Chumash Painted Cave State Historic Park – A nice sidetrip off Highway 154

Chumash Painted Cave State Park sign

Chumash Painted Cave State Park

The Chumash Painted Cave State Historic Park is on a side road off a side road. It’s an excursion into the pre-history of Central California and worth a stop. It also comes with some warnings before turning onto Painted Cave Road.

Chumash Painted Cave State Historic Park is located in the Santa Ynez Mountains situated between the Santa Ynez Valley and Santa Barbara. Painted Cave Road at its southern end can be accessed directly off Highway 154 and it loops around to Camino Cielo and then to the 154 at the north end.

The main attraction is the cave paintings done by the Chumash several centuries ago. The accessible (accessible by the able bodied) part of the park is tiny and is located right off the road. There are no restrooms or any other amenities and barely any parking. The already narrow road widens just a bit near the park and there is room for two or three small cars. I had to park about 1/4 mile up the road and walk back when I was there.

The narrow road at Chumash Painted Cave

The narrowness of Painted Cave Road

I am pointing all this out, and what will follow, not to dissuade you from seeing this interesting site, but rather to keep you from some real problems. It is worth the trip and the vistas at the southern end out over Santa Barbara and the ocean are spectacular.

However, if you are driving anything other than a small to mid-size car, I would recommend that you NOT take this road. Now there are a number of residences up there and obviously construction vehicles and now delivery vehicles pass through here. But it is very narrow and with tight corners and would be quite difficult with large cars or trucks.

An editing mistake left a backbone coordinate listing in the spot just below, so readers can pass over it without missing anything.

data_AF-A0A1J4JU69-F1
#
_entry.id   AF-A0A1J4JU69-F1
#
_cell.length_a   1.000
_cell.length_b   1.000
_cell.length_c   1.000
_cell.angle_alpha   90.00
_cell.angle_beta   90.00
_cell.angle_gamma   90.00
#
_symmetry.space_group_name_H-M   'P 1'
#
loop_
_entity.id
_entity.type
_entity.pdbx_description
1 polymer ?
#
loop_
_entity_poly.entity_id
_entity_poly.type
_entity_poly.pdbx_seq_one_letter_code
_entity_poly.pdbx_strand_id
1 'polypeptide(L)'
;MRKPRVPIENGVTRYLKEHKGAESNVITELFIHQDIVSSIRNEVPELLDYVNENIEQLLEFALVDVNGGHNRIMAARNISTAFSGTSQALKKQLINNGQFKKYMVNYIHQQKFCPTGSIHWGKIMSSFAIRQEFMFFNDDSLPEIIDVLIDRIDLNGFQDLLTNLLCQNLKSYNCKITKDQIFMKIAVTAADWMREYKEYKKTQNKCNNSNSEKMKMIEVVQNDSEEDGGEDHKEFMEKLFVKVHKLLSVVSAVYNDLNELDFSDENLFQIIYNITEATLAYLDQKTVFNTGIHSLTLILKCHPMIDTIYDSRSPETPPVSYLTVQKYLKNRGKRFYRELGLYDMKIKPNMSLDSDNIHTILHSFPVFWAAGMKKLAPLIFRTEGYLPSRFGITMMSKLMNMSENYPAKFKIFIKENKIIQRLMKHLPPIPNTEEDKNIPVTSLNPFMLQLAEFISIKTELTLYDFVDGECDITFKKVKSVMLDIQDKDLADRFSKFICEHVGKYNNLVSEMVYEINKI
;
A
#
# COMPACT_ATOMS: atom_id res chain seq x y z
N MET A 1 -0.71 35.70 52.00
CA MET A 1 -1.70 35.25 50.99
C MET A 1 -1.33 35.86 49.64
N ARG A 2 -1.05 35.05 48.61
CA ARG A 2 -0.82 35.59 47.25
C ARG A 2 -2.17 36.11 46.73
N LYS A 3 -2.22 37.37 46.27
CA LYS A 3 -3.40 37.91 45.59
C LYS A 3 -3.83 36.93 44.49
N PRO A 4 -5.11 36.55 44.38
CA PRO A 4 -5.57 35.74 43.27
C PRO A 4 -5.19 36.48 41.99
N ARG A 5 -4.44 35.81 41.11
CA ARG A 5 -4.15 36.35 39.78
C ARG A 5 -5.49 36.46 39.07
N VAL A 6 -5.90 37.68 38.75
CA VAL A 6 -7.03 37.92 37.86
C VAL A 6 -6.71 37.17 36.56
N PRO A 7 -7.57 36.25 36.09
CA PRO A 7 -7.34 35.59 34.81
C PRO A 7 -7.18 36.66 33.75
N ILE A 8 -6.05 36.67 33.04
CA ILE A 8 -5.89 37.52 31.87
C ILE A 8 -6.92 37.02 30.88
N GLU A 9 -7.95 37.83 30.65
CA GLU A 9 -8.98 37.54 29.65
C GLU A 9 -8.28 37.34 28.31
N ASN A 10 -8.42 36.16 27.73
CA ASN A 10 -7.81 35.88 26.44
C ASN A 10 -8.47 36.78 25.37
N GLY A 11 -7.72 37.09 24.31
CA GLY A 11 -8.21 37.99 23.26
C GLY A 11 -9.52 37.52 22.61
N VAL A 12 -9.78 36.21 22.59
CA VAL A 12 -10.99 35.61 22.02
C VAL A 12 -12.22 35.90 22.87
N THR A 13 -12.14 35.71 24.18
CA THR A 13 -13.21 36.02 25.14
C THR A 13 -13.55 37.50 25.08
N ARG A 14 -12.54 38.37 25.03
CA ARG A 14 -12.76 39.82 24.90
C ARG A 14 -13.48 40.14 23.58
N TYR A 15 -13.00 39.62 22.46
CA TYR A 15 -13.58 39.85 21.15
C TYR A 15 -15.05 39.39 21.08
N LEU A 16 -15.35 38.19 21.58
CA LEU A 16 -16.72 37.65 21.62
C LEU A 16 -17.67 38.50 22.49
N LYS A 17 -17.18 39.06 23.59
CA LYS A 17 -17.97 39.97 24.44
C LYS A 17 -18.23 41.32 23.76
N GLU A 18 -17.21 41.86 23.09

Very narrow passage on Painted Cave Road

Boulder overhanging Painted Cave Road

This boulder is really the clincher. I wish I had someone in the photo to provide perspective, but keep in mind that the road here is barely 10′ wide so you get an idea how narrow this passage is. If you have a large truck or an RV of ANY class, you’ll never make it. If you are towing anything, don’t go here! You couldn’t make this narrow defile and then there’s really no where to back up and turn around! It would be a mess.

If you are absolutely committed to seeing this attraction and have a large RV with a smaller “towed” vehicle – here’s how you can do it:

  1. Exit Highway 154 at Camino Cielo and head east. If I recall correctly, there are some turnouts close to the 154 there. Pull into the earliest one.
  2. Unhook your “toad” and proceed east on Camino Cielo and turn Right at Painted Cave Road.
  3. Proceed approximately 1.25 miles to the park (It will be on your right.

Ocean and Santa Barbara vista from Painted Cave Road

Vista of Santa Barbara and Santa Cruz Island from Painted Cave Road

As I mentioned, better to know ahead of time than to be stuck.

Once you do make it to the Painted Cave, it’s just a few steps from the roadway up to the cave itself. It has a grate at the entrance in order to protect the paintings from further defacement, but there are two openings through which you can take photos.

Chumash Painted Cave State Historic Park

GPS coordinates: 34.5044, -119.7877

Hours: Dawn to Dusk

Phone: (805) 733-3713

Grate over the Painted Cave

The viewing area at the Chumash Painted Cave

This is where you will get to see what you came here for. Remember, it’s definitely NOT ADA accessible, but still, just a few steps up from the road.

I don’t know much about geology, but the “honeycomb” in the rocks reminds me of the same sort of process that you see at many beaches.

Paintings inside the Chumash Cave

Finally! The paintings!

Scientists estimate that the paintings were made sometime around 400 years ago. I imagine they do this by studying the pigments and carbon dating. The meaning of the symbols has been lost over the years, but it would be safe to guess that there was a religious significance. One of the symbols is taken to represent a solar eclipse, whose date astronomers would know. Beyond that, it’s enjoyable to look at them and reflect on man’s universal desire to understand and come to terms with the world around him.

Chumash Painted Cave

A wider view of the paintings in the sandstone cave

Chumash Painted Cave

Honeycombing in the sandstone over the cave entrance

The steepness of the southern end of Painted Cave Road

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